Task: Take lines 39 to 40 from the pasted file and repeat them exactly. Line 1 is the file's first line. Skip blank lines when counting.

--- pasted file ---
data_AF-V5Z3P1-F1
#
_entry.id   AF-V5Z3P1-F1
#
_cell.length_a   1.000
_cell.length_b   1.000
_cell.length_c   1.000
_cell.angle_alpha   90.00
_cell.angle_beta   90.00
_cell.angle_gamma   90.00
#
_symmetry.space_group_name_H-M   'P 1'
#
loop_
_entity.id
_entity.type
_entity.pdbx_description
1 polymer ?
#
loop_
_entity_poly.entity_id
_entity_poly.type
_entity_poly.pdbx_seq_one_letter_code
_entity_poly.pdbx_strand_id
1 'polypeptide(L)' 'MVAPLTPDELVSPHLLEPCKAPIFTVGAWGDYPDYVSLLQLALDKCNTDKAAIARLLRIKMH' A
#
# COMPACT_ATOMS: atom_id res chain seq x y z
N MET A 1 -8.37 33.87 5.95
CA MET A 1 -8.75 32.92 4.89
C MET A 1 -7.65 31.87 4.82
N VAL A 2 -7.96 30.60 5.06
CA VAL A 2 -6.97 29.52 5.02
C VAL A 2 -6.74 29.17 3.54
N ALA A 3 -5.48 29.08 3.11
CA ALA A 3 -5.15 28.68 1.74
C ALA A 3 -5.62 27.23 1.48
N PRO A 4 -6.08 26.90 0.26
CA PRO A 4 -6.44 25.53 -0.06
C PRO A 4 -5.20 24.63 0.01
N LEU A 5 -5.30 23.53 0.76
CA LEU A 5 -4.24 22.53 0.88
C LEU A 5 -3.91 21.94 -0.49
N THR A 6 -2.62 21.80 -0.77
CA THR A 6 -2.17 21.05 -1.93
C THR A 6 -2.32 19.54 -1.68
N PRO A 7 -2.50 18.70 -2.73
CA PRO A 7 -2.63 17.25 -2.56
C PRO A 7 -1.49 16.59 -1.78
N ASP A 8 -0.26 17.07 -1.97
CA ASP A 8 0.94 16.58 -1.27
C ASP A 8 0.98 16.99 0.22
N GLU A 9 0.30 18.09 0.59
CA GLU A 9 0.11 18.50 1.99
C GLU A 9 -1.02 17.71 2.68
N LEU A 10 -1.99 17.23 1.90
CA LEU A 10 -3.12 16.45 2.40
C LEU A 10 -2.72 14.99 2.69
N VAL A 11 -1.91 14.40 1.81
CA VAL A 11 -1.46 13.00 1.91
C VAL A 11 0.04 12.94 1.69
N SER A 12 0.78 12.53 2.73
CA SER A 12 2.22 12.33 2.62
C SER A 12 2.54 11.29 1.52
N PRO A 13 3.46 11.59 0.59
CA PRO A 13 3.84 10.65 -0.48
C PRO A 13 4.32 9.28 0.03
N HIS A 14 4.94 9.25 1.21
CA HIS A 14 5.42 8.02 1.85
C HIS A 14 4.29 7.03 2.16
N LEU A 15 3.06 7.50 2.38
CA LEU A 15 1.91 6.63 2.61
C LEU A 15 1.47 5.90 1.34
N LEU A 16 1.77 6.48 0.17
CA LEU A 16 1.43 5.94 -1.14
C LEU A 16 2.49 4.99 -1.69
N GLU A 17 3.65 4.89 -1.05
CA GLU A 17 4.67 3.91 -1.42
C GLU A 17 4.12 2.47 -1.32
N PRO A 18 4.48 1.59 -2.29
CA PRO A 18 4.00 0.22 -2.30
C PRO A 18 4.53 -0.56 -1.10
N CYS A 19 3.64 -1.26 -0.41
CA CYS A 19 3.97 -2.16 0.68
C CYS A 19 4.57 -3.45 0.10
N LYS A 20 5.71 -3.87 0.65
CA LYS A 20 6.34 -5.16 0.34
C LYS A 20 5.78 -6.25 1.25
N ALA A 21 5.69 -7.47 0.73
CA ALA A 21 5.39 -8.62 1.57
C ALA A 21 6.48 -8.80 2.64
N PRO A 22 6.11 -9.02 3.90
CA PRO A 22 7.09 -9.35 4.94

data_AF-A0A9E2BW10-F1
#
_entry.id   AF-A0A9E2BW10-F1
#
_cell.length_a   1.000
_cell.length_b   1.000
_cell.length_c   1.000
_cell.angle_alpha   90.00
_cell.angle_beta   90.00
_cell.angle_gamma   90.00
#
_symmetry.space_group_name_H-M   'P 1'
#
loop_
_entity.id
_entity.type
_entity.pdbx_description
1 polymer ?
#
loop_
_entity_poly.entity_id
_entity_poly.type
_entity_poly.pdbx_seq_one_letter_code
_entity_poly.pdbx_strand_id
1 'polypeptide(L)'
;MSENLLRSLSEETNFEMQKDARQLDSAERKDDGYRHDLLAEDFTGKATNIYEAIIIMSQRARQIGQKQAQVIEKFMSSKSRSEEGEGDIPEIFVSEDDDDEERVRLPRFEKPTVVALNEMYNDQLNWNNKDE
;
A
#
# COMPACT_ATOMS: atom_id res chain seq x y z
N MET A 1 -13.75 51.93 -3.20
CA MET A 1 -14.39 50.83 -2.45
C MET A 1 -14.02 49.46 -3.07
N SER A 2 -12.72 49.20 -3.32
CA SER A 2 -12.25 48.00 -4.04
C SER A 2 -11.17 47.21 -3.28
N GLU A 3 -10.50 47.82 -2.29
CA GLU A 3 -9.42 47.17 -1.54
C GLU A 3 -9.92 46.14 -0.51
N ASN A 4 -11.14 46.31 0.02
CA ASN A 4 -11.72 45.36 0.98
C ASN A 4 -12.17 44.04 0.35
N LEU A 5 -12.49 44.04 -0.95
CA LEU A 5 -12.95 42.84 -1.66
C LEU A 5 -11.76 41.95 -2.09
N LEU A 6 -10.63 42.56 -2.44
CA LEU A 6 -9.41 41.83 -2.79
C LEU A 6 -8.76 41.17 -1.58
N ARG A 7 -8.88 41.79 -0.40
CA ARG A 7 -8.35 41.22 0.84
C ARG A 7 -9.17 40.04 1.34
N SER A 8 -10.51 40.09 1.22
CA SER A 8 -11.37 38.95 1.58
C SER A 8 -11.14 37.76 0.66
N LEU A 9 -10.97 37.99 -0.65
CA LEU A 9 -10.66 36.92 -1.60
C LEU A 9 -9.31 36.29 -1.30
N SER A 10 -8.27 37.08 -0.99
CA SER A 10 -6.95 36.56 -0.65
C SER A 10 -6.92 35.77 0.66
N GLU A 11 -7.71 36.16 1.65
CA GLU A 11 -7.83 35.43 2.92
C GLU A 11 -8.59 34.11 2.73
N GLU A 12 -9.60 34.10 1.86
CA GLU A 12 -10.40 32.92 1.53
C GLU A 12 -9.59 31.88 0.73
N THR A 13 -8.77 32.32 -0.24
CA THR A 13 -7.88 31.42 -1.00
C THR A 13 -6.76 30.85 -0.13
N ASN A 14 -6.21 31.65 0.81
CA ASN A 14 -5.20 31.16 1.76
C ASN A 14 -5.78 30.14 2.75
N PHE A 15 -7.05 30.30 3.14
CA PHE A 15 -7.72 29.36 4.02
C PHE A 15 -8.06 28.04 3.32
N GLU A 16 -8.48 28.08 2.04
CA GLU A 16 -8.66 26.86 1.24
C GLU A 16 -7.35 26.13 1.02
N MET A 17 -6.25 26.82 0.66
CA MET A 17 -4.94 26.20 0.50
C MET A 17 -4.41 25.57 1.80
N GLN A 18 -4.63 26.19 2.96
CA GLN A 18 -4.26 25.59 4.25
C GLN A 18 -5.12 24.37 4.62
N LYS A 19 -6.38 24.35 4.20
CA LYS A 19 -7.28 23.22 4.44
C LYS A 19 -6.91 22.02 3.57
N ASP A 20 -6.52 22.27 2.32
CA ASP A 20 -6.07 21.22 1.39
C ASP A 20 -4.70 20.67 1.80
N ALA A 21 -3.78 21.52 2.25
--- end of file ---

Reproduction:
C PRO A 4 -5.20 24.63 0.01
N LEU A 5 -5.30 23.53 0.76